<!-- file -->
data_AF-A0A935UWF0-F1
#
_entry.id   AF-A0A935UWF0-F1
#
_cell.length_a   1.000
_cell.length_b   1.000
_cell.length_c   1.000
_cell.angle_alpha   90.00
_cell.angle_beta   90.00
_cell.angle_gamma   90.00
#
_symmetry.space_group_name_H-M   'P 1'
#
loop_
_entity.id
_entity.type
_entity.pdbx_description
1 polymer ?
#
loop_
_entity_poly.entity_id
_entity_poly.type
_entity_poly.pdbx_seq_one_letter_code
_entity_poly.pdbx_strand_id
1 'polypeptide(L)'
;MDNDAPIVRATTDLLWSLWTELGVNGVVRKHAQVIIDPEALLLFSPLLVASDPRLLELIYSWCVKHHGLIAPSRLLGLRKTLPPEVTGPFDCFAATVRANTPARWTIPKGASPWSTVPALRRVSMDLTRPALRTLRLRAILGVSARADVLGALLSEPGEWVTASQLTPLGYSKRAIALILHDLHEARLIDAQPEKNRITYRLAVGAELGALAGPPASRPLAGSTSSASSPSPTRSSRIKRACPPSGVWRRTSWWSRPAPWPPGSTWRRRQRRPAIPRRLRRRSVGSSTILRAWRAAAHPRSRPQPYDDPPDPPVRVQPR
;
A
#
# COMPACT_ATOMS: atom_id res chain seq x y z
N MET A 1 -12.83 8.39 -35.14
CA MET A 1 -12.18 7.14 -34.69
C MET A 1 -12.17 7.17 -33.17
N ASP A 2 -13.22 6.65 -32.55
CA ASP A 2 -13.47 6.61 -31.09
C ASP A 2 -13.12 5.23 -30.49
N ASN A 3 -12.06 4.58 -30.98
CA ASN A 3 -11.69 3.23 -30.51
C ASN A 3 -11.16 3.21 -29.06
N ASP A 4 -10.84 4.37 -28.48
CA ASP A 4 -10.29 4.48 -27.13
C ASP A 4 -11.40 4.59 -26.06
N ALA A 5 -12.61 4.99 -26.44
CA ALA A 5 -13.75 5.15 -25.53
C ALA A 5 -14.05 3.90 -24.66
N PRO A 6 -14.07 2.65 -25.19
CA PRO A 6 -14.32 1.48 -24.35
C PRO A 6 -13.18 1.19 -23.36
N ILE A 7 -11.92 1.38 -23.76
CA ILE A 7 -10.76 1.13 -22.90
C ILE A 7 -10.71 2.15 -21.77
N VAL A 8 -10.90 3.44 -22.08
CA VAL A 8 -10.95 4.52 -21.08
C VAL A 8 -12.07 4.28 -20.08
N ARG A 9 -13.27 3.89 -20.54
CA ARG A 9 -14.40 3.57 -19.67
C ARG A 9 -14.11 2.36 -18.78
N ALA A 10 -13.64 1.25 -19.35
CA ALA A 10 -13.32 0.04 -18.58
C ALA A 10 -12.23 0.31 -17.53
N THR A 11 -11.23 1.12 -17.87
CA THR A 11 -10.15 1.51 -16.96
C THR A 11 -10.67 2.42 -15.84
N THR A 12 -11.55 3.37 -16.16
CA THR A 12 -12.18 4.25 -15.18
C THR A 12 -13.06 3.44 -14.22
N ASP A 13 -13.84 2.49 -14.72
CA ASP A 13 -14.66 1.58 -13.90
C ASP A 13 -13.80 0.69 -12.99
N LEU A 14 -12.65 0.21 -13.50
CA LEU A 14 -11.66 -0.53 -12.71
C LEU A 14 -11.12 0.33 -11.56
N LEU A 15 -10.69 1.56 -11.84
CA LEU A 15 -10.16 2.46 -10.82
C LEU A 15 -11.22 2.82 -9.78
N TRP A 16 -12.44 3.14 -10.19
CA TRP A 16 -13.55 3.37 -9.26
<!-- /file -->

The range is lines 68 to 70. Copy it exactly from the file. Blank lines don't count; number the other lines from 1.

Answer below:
CA ASP A 13 -14.66 1.58 -13.90
C ASP A 13 -13.80 0.69 -12.99
N LEU A 14 -12.65 0.21 -13.50